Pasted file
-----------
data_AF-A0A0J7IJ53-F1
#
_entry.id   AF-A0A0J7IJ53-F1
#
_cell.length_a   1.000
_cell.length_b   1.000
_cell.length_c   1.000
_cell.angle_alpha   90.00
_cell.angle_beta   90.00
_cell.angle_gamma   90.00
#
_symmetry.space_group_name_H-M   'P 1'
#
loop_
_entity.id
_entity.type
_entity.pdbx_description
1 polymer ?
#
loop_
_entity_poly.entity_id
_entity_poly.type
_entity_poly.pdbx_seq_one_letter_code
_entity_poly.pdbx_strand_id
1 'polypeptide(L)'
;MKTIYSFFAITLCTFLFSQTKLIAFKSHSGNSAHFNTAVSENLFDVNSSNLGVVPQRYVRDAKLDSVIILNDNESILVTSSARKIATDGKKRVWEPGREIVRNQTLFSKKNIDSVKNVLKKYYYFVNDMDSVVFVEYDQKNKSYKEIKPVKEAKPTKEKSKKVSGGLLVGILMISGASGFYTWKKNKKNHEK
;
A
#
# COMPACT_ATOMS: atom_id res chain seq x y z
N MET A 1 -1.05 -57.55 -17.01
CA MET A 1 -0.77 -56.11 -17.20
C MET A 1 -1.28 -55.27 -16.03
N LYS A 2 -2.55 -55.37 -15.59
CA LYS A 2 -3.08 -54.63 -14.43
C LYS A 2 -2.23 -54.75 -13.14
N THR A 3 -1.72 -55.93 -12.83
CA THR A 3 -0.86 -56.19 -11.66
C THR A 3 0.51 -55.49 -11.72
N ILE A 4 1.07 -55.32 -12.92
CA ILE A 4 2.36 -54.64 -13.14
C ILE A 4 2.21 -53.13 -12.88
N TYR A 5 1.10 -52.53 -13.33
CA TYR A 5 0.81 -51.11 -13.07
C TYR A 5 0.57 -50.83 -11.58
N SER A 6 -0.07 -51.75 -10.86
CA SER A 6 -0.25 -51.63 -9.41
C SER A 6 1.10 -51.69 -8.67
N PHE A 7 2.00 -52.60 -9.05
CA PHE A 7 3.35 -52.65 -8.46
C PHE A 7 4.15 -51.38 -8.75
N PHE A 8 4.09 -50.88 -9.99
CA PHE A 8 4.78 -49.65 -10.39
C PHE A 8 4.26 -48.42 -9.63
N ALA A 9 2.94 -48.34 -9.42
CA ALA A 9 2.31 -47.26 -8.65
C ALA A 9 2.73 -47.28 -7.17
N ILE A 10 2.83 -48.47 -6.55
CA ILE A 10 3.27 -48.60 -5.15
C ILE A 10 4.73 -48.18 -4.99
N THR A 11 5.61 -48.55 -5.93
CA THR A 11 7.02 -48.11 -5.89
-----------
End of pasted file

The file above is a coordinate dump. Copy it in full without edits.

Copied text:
data_AF-A0A0J7IJ53-F1
#
_entry.id   AF-A0A0J7IJ53-F1
#
_cell.length_a   1.000
_cell.length_b   1.000
_cell.length_c   1.000
_cell.angle_alpha   90.00
_cell.angle_beta   90.00
_cell.angle_gamma   90.00
#
_symmetry.space_group_name_H-M   'P 1'
#
loop_
_entity.id
_entity.type
_entity.pdbx_description
1 polymer ?
#
loop_
_entity_poly.entity_id
_entity_poly.type
_entity_poly.pdbx_seq_one_letter_code
_entity_poly.pdbx_strand_id
1 'polypeptide(L)'
;MKTIYSFFAITLCTFLFSQTKLIAFKSHSGNSAHFNTAVSENLFDVNSSNLGVVPQRYVRDAKLDSVIILNDNESILVTSSARKIATDGKKRVWEPGREIVRNQTLFSKKNIDSVKNVLKKYYYFVNDMDSVVFVEYDQKNKSYKEIKPVKEAKPTKEKSKKVSGGLLVGILMISGASGFYTWKKNKKNHEK
;
A
#
# COMPACT_ATOMS: atom_id res chain seq x y z
N MET A 1 -1.05 -57.55 -17.01
CA MET A 1 -0.77 -56.11 -17.20
C MET A 1 -1.28 -55.27 -16.03
N LYS A 2 -2.55 -55.37 -15.59
CA LYS A 2 -3.08 -54.63 -14.43
C LYS A 2 -2.23 -54.75 -13.14
N THR A 3 -1.72 -55.93 -12.83
CA THR A 3 -0.86 -56.19 -11.66
C THR A 3 0.51 -55.49 -11.72
N ILE A 4 1.07 -55.32 -12.92
CA ILE A 4 2.36 -54.64 -13.14
C ILE A 4 2.21 -53.13 -12.88
N TYR A 5 1.10 -52.53 -13.33
CA TYR A 5 0.81 -51.11 -13.07
C TYR A 5 0.57 -50.83 -11.58
N SER A 6 -0.07 -51.75 -10.86
CA SER A 6 -0.25 -51.63 -9.41
C SER A 6 1.10 -51.69 -8.67
N PHE A 7 2.00 -52.60 -9.05
CA PHE A 7 3.35 -52.65 -8.46
C PHE A 7 4.15 -51.38 -8.75
N PHE A 8 4.09 -50.88 -9.99
CA PHE A 8 4.78 -49.65 -10.39
C PHE A 8 4.26 -48.42 -9.63
N ALA A 9 2.94 -48.34 -9.42
CA ALA A 9 2.31 -47.26 -8.65
C ALA A 9 2.73 -47.28 -7.17
N ILE A 10 2.83 -48.47 -6.55
CA ILE A 10 3.27 -48.60 -5.15
C ILE A 10 4.73 -48.18 -4.99
N THR A 11 5.61 -48.55 -5.93
CA THR A 11 7.02 -48.11 -5.89